ELLIS, WILLIAM, shipwright and shipbuilder; b. 1774 (baptized 23 August), probably in Monkleigh, England, second son of Robert Ellis and Mary Handford; m. 1796, and had at least nine children; d. 25 Dec. 1855 in Port Hill, P.E.I.
William Ellis came of a north Devon family which had migrated inland to Monkleigh from the maritime parish of Northam in 1725. Ellis returned to tide-water to work as a shipwright in yards on the Bideford River, and also in the royal dockyard at Devonport (Plymouth), before settling down in 1813 to become master shipwright, and possibly also some kind of business partner, of Richard Chapman, a famous north Devon shipbuilder of the time. In 1818 Chapman fell ill and the yard was taken over by John Evans of Bideford. Ellis then became interested in an expedition mounted and financed by Thomas Burnard, Bideford’s leading merchant and shipowner. Burnard’s plan was to establish a colonizing and shipbuilding venture on the Goodwood (Bideford) River at the eastern end of Lot 12 in Prince County, P.E.I. Ellis agreed to be the project’s master shipwright, and in the summer of 1818 he set sail for the Island in the polacca brigantine Peter & Sarah of Bideford.
The first vessel built, the Mars, was launched in 1819 and sailed to Bideford with a load of lumber. For the next eight years one or two ships were launched each year at the settlement, New Bideford (later Bideford), culminating with the Superb of 1826, a very large merchant vessel for her time, with a cargo capacity of about 900 tons. She was Ellis’s greatest single shipbuilding achievement. In the same year the shipbuilding enterprise and the leases on the settlements which had been established at New Bideford and at Port Hill on Lot 13 were transferred by the Burnard family to Thomas Burnard Chanter*, a son of Thomas Burnard’s sister. Chanter in turn disposed of the property and all rights, including the considerable uncollected debts due to the enterprise from local settlers, to Ellis on condition, inter alia, that he complete two further vessels for Chanter.
Unfortunately for Ellis, James Yeo*, also a former employee of Thomas Burnard, was settled at Port Hill and over some years he appears vigorously to have collected the debts owed to Ellis and to have kept the proceeds. Yeo thereby built up capital with which he gradually established himself, among other endeavours, as the colony’s principal shipbuilder. In due course he bought out Ellis’s land holdings and business interests, and the latter was reduced to working for Yeo as master shipwright on the building of vessels financed by his former colleague, though he retained, and farmed, a small landholding on Lot 13 for the rest of his life.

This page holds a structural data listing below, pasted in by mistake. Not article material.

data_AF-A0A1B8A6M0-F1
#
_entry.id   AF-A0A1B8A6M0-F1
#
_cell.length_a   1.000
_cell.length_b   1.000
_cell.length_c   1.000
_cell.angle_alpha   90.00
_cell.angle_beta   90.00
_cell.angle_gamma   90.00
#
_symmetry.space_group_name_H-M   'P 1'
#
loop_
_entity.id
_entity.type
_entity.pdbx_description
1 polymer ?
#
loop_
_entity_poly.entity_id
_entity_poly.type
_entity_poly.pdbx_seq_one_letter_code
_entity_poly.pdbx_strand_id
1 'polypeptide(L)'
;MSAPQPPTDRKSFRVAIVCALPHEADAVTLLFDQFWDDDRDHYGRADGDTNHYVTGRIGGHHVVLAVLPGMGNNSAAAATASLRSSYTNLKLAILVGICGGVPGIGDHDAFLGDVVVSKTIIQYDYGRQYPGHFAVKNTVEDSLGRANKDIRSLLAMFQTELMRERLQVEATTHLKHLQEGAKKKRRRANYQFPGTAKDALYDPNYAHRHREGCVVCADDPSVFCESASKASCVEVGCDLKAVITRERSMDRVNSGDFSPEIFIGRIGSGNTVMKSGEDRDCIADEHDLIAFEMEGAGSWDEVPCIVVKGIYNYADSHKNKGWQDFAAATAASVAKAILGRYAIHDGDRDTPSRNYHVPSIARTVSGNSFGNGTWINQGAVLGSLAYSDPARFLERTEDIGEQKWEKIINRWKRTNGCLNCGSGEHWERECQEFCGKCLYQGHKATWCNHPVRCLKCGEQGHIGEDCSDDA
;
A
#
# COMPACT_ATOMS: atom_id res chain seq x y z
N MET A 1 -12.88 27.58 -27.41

Because of the way builders’ names were recorded in contemporary documents it is not possible to say with certainty how many ships Ellis was responsible for building in Prince Edward Island, but it certainly ran into scores. He was a great traditional craftsman who played an important pioneering role in the establishment of an industry which was to prove vitally important in the development of the Island between 1818 and the early 1870s. The shipbuilding traditions he established and the skills he taught were his memorial: these, and the small tragedy of the loss of his inheritance to the more dynamic but less principled James Yeo. The story of the slow reversal in fortunes of these two contrasted men became an enduring myth on the Island.
[Beginning in 1750 the parish registers of St George’s Church (Church of England) in Monkleigh, Eng., contain records of the baptisms, marriages, and burials of the Ellis family. William Ellis’s career as a shipbuilder in Britain is traceable through the Bideford Custom House registration of shipping docs. in the Devon Record Office (Exeter, Eng.), 3319 S/1, and to a smaller extent through the Reports of Lloyd’s surveyors of the port of Bideford in the National Maritime Museum (London), LYY (mfm. at PAC). His years as a shipbuilder and landholder on Prince Edward Island can be followed in PAPEI, Port Hill papers, Acc. 2685; RG 16, Land registry records, conveyance reg.; in PAC, RG 42, ser.I, 150–59; and in the files of the P.E.I. Museum. There are also a number of references to him in the Charlottetown press, including issues of the Islander for 1844–56; the Prince Edward Island Register, 1823–29; and the Royal Gazette, 1830–44. His obituary appears in the Islander of 4 Jan. 1856. Basil Greenhill and Ann Giffard, Westcountrymen in Prince Edward’s Isle: a fragment of the great migration (Newton Abbot, Eng., and [Toronto], 1967; repr. Toronto and Buffalo, N.Y., 1975), gives details of his career on the Island. b.g.]